Posts for tag: pet surgery
Just like people, many pets require surgery at some point during their lives. No matter what type of surgery your pet requires, the veterinarians at Skeet Club Veterinary Hospital and Total Care Veterinary Hospital in High Point, NC, offer quality, compassionate care.
Why do pets need surgery?
Spaying and neutering are among the most common types of surgery for pets. Spaying (for females) and neutering (for males) ensures that pets can't reproduce, eliminates the risks of uterine and testicular cancer in males, and lowers the risk of breast cancer in females.
Other than spaying and neutering, tooth extractions, skin abscesses, and benign skin masses are the top three reasons both cats and dogs required surgery. Surgery may also be needed if your dog develops bloat, a potentially deadly condition that causes the stomach to twist and fill with gas.
Other reasons that your pet may need surgery include bladder stone removal, repair of the anterior cruciate ligament (ACL), treatment for hip dysplasia, uterine infections in unspayed females, fracture repair, or cancer treatment.
Your pet's veterinarian also offers emergency surgical services should your pet swallow a foreign object, be hit by a car, or suffer injuries from an animal attack.
Is surgery painful?
Your pet will be anesthetized or sedated during surgery to ensure that pain is not an issue. Although pain can be a problem following surgery, your dog, cat, or small animal will receive pain medication to ensure that they remain comfortable throughout the entire stay. After surgery, your pet will spend some time in the veterinary hospital's recovery area before being released.
You'll be provided with comprehensive post-surgical instructions that will help you care for your pet as they recover from surgery. Your pet's High Point veterinarians will also be available to answer questions or concerns that you may have during the recovery period.
Call us today!
Whether your pet requires minor or major surgery, choosing compassionate, highly skilled veterinarians is an essential task. If your pet has a condition or injury that may require surgery, schedule an appointment with the High Point, NC veterinarians by calling (336) 886-2315 for the Skeet Club Veterinary Hospital or (336) 841-8877 for the Total Care Veterinary Hospital.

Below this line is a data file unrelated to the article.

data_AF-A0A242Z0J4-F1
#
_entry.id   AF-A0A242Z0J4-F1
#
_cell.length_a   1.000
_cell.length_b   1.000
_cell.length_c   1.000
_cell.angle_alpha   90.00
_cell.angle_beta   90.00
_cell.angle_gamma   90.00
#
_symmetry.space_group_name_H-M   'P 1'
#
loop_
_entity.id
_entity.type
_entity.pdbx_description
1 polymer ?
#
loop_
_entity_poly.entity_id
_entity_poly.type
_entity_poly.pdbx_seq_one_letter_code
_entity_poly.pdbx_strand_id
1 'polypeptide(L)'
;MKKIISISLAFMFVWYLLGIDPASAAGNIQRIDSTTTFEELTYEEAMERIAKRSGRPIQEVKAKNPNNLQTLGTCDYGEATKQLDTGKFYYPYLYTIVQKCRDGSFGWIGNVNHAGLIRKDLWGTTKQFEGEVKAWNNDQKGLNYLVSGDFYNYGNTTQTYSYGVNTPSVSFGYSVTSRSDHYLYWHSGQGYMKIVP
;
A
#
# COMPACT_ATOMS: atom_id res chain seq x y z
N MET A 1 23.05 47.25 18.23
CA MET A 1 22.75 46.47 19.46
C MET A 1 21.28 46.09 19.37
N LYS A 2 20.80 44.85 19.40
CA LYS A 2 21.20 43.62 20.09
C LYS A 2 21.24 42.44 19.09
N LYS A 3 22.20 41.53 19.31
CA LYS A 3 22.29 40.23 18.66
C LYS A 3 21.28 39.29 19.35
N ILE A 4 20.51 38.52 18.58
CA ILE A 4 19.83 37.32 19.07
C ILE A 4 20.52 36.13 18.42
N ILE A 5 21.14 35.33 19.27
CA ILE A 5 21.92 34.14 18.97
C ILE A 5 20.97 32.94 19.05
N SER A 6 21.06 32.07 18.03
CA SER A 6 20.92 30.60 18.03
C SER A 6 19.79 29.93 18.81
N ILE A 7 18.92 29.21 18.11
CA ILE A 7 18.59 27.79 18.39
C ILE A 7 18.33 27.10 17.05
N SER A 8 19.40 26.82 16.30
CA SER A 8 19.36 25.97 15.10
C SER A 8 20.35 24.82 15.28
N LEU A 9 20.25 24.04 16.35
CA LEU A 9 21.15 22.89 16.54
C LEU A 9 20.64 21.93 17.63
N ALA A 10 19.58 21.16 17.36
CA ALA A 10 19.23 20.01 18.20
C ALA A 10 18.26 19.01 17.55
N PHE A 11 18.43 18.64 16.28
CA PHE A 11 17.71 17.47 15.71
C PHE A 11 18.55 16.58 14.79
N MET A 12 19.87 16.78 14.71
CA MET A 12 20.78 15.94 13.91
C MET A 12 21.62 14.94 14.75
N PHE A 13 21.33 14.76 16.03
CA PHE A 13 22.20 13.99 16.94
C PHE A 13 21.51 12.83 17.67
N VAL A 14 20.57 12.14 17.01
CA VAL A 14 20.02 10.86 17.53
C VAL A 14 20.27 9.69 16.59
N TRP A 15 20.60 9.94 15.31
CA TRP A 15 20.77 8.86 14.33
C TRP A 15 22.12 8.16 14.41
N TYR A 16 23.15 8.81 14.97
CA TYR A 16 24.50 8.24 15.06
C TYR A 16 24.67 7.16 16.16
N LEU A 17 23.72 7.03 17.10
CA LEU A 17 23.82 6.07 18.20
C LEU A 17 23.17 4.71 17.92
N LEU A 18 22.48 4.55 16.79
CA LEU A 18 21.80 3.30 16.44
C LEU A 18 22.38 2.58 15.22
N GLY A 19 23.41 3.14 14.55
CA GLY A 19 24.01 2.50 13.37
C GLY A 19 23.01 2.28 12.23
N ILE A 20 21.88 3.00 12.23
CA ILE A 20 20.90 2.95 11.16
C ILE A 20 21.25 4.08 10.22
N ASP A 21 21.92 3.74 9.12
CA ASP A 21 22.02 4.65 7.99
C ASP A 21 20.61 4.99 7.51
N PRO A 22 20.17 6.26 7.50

The care you provide at home is an important factor in your pet's recovery after surgery. Veterinarians Dr. Harvey Goho, Dr. Lydia Goho, and Dr. Shelly Figgatt of Skeet Club Veterinary Hospital and Total Care Veterinary Hospital in High Point, NC, share a few pet surgery after-care tips that you'll want to take a look at if your pet will soon be undergoing surgery.
Offer food and water
Many pets are cleared to eat and drink a few hours after they return home. Decrease the amount of food and water you offer your pet by about half the first time you feed your dog, cat or small animal. It's not unusual for pets to feel a little groggy or nauseated due to the effects of anesthesia. If your pet feels a little lethargic or ill, they may have no interest in eating or drinking initially. It's important to discuss food and water with your pet's veterinarian, as some pets may have feeding restrictions.
Provide medication as directed
If your pet was spayed or neutered, pain medication probably won't be needed at home. If pain medication has been prescribed, follow the schedule provided by the veterinarian to ensure that your pet remains pain-free.
Find a safe place for your pet to recover
Pets need a quiet place to recover following surgery. Although it's a good idea to keep them in a crate or confine them to a small room, pets will still need plenty of attention and reassurance from you during the recovery period.
Use the Elizabethan collar if needed
Most pets dislike wearing Elizabethan collars, also known as "the cone of shame." Although your dog or cat may not be so happy, the collar prevents your pet from licking the wound or biting the stitches. You can remove the cone when your pet eats, but it should be worn at all times otherwise.
Pay attention to danger signs
Before you leave either of our High Point offices, we'll review possible signs of problems, which may include:
- Significant bleeding
- Loss of appetite
- No interest in drinking
- Lethargy after the anesthesia wears off
- Weakness or trouble walking
- Pale gums
- Difficulty breathing
If you notice any of these signs, call our office.
Do you have questions or concerns about pet surgery? Schedule an appointment with High Point, NC veterinarians Drs. Harvey and Lydia Goho and Shelley Figgatt by calling (336) 841-8877 for Total Care Veterinary Hospital, and for Skeet Club Veterinary Hospital, call (336) 886-2315.